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Incident Response

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NIST Incident Response

Incident response is a structured process used by organizations to detect and respond to cybersecurity incidents. The National Institute of Standards and Technology is an agency operated by the USA Department of Commerce, that sets standards and recommendations for many technology areas.

In this article, we’ll delve into the NIST recommendations for organizing a computer security incident response team and see the three models for incident response teams offered by NIST. We’ll also look at the NIST incident response cycle and see how an incident response is a cyclical activity, where there are ongoing learning and advancements to discover how to best protect the organization.

Read on to see the four steps of NIST incident response, such as preparation, detection and analysis, and containment, eradication, and recovery.

In this page:

What is Incident Response?

Incident response is a structured process organizations use to identify and deal with cybersecurity incidents. Response includes several stages, including preparation for incidents, detection and analysis of a security incident, containment, eradication, and full recovery, and post-incident analysis and learning.

What is NIST?

The National Institute of Standards and Technology is an agency operated by the USA Department of Commerce, that provides standards and recommendations for many technology sectors.

Within NIST, the Information Technology Laboratory (ITL) is responsible for developing standards and measurement methods for IT, including information security. ITL developed an influential model for incident response, the Computer Security Incident Handling Guide (Special Publication 800-61). In this article we’ll cover the basics of the NIST incident response recommendations and how you can leverage them for your organization.

NIST Recommendations for Organizing A Computer Security Incident Response Team (CSIRT)

The NIST Computer Security Incident Handling Guide provides in-depth guidelines on how to build an incident response capability within an organization. It covers several models for incident response teams, how to select the best model, and best practices for operating the team.

Incident Response Team Models

NIST offers three models for incident response teams:

  • Central—centralized body that handles incident response for the entire organization.
  • Distributed—multiple incident response teams, with each one responsible for a physical location (e.g. branch office), a department or a part of the IT infrastructure
  • Coordinated—a central incident response team that works together with distributed incident response teams, without having authority over them. The central team serves as a knowledge center and offer assistance with complex, critical, or organization-wide incidents.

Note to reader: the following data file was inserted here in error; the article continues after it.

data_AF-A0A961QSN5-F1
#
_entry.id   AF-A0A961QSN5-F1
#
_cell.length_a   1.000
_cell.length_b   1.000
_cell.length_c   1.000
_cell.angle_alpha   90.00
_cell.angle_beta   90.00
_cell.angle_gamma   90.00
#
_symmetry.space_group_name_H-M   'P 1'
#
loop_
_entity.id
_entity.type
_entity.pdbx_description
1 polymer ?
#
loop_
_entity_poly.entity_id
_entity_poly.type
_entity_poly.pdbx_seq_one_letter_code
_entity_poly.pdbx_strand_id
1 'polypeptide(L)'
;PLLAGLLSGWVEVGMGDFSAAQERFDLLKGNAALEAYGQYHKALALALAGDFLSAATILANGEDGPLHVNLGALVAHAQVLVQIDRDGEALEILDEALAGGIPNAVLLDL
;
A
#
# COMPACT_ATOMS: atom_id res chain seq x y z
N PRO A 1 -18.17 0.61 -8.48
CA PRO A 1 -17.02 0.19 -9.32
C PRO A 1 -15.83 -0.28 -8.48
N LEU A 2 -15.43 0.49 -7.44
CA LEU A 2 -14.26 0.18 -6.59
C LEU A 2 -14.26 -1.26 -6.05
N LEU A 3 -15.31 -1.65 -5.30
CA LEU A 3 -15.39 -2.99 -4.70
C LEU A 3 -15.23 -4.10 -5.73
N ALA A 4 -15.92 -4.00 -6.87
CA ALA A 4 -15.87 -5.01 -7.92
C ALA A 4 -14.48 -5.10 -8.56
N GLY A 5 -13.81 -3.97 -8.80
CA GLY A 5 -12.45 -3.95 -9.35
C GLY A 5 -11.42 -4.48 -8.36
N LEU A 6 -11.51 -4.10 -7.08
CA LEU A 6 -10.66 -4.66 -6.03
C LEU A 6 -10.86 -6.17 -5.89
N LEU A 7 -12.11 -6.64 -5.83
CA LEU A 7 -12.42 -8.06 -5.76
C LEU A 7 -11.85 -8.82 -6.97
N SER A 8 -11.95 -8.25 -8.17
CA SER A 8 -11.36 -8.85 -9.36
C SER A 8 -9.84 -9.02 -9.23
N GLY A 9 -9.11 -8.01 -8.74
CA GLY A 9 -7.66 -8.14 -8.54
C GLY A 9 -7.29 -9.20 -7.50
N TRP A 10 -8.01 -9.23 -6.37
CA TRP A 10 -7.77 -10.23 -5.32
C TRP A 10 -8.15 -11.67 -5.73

Within each of these models, staff can be employees, partially outsourced, or fully outsourced. Employees can also be full- or part-time.

Selecting a Team Model

NIST provides several considerations for selecting an incident response model:

  • Does incident response need to be available 24/7? Do incident responders need to be on-site or is phone contact sufficient? Real-time availability and on-site presence is best because it allows immediate response to an incident, which can prevent damage.
  • Should staff be part time or full time? Part-time employees can be used to make up a virtual incident response team, like a volunteer emergency response unit. When an incident occurs, the IT help desk can be the first point of contact, they can perform an initial investigation, rapidly call on incident response team members, and whomever is available can respond to the incident.
  • Should staff be security experts? What level of expertise i needed? Incident response requires broad knowledge of IT systems, communication protocols, attack techniques, and also the organization’s environment, systems and procedures. Outsourced teams typically have stronger security expertise, but employees have a better understanding of the IT environment, normal vs. malicious behavior, and of which systems are critical, etc.
  • How much will the incident response team cost? Because incident responders need special expertise, and are often required to be on-site 24/7, they can represent a major investment. Managed Security Service Providers (MSSP) can also be costly, and there is an additional cost of security tooling, physical facilities and secure communication methods.

How to Organize Incident Response

The NIST Incident Response Guide provides several guidelines for organizing and operating an incident response unit.

Establish a formal incident response capability
Even if your organization is small, take incident response seriously and establish a formal incident response body. Even if it is a virtual incident response team with part-time staff, defining this team and giving it authority and responsibility will dramatically improve your capability to respond when a cyberattack strikes.

Create an incident response policy
This is a precursor to the incident response plan, which lays out the organizational framework for incident response. It specifies what is considered a security incident, who is responsible for incident response, roles and responsibilities, documentation and reporting requirements.

Define an incident response plan
According to NIST methodology, an incident response plan is not merely a list of steps to perform when an incident happens. It is a roadmap for the organization’s incident response program, including short- and long-term goals, metrics for measuring success, training and job requirements for incident response roles.

Develop incident response procedures
These are the detailed steps incident response teams will use to respond to an incident. They should be based on the incident response policy and plan and should address all four phases of the incident response lifecycle: preparation, detection & analysis, containment, eradication and recovery, and post-incident activity.

The NIST Incident Response Cycle